I recently watched a TV show in which the guests, which included professors and psychotherapists, when asked about the feminine ideal in the contemporary world, expressed opinions that seemed strange to me: that such an ideal would no longer be detectable or would no longer have a purpose, today…
I confess that I struggled to understand such an opinion, but I would put it down to the desire of the guests to give a prompt and, for this reason, less thought-through answer. The episode, however, prompted me to recall memories and reflections that I hope will be useful to the reader.
The human: sick with utopia?
Human nature refers to those perennially characteristic elements of any psychologically normal human being, regardless of where and when they were born. Among them is the predisposition to shape and set ideals for their life, regarding either happiness, or professional achievement, the fulfilment of a vocation, or the salvation of the soul, etc. A growing person can’t help but think ahead and, starting from their perception of surrounding realities, project a better life in terms of realising their ideals in a closer or more distant future. And, even if human nature continues to undergo changes through the ages and civilizations, one cannot foresee, at least for now, that people will stop having ideals.
This does not mean that we are, by design, unrealistic, incurable dreamers or always dissatisfied with the real and present world. However, this is what humans do in their search for an existential meaning: they take a “North Star”’ as a landmark, and use that for guidance, like navigators. They also orient themselves according to what they consider to be desirable, not only according to the mere consideration of the present. This last aspect (among others) is what distinguishes them from the animal kingdom, which does not manifest these anticipatory and prescriptive capacities.
The ideal of a couple is also perennial in the mental and affective universe of humans, regardless of its forms and evolutions: from Adam’s original melancholy experienced when, being alone among creatures, he felt a longing for a mate; to the suppressed but implied form of this ideal in eunuchs, whom Christ declares to have deliberately chosen to live alone, to serve God (Matthew 19:12).
A child sketches the first features of this ideal, in their imagination, depending on the relationship of their parents, grandparents and/or other close people, whom they observe directly. Sometimes, traits are formed by the recoil reaction to what they do not approve of and does not seem desirable in the lives of those around them. Then they add cultural elements, generated by the broadening of their knowledge, from movies, books, cartoons, computer games, music, etc. As they grow up, various ingredients intertwine in the image of the ideal couple they aspire to: the opinions of those they appreciate, the lives of those who become living examples of success, but also the imperceptible influence of the mentality of the era, the values of their own social class, the rules of the community they belong to, etc.
Thus, the image of the ideal couple held by single young people can differ greatly, depending on the “composition” formed over time: it’s one thing to view the couple’s life using the story presented in Love Story as a starting point, another to use the story of Paul and Virginia, and yet another to use the story of Romeo and Juliet. Waiting, patience, fidelity all look different depending on the referential you choose. You see these virtues differently if you look at Odysseus and Penelope, Homer’s characters, the novel Do You Like Brahms?, or the movie Pretty Woman.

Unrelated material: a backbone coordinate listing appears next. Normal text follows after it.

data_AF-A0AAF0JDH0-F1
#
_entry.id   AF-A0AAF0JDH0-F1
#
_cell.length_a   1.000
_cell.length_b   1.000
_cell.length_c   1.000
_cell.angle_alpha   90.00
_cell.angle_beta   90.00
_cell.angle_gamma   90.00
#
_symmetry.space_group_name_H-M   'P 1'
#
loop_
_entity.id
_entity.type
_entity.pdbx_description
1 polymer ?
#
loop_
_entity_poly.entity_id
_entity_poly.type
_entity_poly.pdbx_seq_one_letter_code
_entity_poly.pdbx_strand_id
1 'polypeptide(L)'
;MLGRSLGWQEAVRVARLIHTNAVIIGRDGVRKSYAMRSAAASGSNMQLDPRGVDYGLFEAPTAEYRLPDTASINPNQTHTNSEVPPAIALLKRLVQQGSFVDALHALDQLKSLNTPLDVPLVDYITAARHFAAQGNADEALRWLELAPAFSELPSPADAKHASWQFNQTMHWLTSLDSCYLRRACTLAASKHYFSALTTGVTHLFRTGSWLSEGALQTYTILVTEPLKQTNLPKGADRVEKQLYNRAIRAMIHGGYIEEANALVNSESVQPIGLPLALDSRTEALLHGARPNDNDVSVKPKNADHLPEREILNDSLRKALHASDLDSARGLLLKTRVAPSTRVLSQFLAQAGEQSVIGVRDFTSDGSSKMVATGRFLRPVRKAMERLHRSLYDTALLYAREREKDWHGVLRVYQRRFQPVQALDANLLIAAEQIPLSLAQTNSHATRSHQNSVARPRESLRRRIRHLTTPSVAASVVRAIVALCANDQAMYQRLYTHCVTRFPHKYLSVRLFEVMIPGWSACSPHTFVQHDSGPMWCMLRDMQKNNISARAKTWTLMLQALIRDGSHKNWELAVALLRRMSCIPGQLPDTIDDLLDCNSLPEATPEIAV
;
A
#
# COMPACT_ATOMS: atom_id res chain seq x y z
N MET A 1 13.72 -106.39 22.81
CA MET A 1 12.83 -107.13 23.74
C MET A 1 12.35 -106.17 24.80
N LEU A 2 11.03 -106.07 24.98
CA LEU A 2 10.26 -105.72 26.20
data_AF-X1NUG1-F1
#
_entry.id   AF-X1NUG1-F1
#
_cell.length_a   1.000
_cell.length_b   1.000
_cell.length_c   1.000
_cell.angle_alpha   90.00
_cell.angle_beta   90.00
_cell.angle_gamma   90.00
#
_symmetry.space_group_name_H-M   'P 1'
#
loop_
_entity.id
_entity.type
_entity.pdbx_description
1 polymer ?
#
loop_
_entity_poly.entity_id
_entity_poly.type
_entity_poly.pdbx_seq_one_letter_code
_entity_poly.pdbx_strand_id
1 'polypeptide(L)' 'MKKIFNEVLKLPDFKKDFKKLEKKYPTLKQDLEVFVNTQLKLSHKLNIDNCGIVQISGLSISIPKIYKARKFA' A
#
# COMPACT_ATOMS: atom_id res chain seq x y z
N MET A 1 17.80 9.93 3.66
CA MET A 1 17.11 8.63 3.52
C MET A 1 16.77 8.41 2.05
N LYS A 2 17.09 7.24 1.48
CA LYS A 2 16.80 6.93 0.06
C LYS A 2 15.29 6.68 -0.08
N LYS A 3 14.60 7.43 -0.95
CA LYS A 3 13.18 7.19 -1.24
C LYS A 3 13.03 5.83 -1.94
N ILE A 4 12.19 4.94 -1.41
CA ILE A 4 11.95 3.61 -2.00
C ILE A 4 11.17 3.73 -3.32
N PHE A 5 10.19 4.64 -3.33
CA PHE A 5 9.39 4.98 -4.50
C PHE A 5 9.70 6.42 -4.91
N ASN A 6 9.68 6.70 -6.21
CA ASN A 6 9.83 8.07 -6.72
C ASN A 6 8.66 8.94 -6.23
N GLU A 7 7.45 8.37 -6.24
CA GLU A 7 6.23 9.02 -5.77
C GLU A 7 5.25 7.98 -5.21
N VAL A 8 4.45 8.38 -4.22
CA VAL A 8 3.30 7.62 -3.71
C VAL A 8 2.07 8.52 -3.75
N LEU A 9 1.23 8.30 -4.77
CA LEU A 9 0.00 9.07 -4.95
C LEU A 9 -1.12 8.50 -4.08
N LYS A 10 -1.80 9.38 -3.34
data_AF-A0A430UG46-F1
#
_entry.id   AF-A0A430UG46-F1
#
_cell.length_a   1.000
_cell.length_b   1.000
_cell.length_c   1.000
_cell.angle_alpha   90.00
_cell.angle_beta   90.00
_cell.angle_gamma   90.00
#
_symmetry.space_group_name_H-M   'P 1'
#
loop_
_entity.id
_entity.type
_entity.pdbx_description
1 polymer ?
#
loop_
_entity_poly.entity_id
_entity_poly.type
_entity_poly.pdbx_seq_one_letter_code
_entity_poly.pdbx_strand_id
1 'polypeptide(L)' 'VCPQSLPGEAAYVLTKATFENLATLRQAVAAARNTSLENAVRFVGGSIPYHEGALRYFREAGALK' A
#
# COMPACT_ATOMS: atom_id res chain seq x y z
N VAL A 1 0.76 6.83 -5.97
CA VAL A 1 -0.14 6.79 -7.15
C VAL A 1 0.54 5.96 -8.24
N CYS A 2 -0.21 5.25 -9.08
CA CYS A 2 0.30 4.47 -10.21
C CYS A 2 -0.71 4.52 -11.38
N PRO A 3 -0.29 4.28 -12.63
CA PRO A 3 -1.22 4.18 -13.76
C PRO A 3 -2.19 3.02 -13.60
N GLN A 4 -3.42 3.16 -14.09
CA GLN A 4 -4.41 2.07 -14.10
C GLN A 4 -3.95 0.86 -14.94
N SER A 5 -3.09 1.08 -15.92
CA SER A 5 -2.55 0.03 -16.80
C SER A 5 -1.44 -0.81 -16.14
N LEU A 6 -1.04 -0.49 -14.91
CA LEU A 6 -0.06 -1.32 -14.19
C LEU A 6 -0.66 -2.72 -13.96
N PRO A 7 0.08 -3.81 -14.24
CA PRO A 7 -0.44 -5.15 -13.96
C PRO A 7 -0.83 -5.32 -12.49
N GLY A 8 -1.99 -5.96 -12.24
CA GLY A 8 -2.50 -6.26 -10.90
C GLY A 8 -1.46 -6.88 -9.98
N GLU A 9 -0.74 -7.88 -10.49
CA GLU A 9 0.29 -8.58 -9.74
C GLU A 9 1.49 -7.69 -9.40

Thus, we must pay attention to the ingredients we add to the recipe of the ideal couple, because these ingredients will influence the way we view the world, the way we face life, and the way we look for happiness!
The worldly ideal
Just as a Christian’s loneliness among people is not the same as the loneliness of those in the non-believing world, neither can their ideal of a couple—because of which they are often alone—be similar to that of the secular individual. While a child of God carries their loneliness with dignity and sacrifice, with restraint and suffering, the worldly person says that they are “in between relationships.”
Often in our society we come across the mentality that a lonely person bears guilt for being alone. Whether it is women/girls or men/boys, people regard them with suspicion precisely because they were alone. They are even reproached for their slowness to marry, to have children, to “saw before reaping”, to fulfil the dying wish of certain relatives through marriage, after which the relatives can die peacefully, etc.
This social pressure, mostly of rural origin, sometimes results in mistakes and unfortunate choices made by those “rushed” in this way, who give up their ideal in order to please their loved ones, to join the world, and to become more “important” people. Rushed lonely people felt less respected for who they were in and of themselves. The attitude of those around them sent the message that their professional achievement, their wit or hard work, their talent, their ability to speak multiple languages fluently, their creativity, etc., accounted for nothing if they were single. They were even taken advantage of, either by people breaking various rules of politeness, or by others abusing them at work or in other social contexts (when it comes to vacations, holidays, promotions, group trips, etc.)
The Christian ideal of a couple differs, by its very nature, from its homologue held by a person who does not launch any inquiry on transcendence and their relationship with it. That is why an authentic Christian will have to slalom between the advice and philosophies of life offered by those with a worldly mentality, even when the world has their best interests at heart. I remember with disappointment even now, some 30 years later, the benevolent and secret “advice” that the honourable wife of a university professor offered to a teenage girl: “Darling, all my life I have taken care that, when it comes to men, I have plan A and several back-up plans. Remember what it takes to do it well: a plan A and back-up plans!”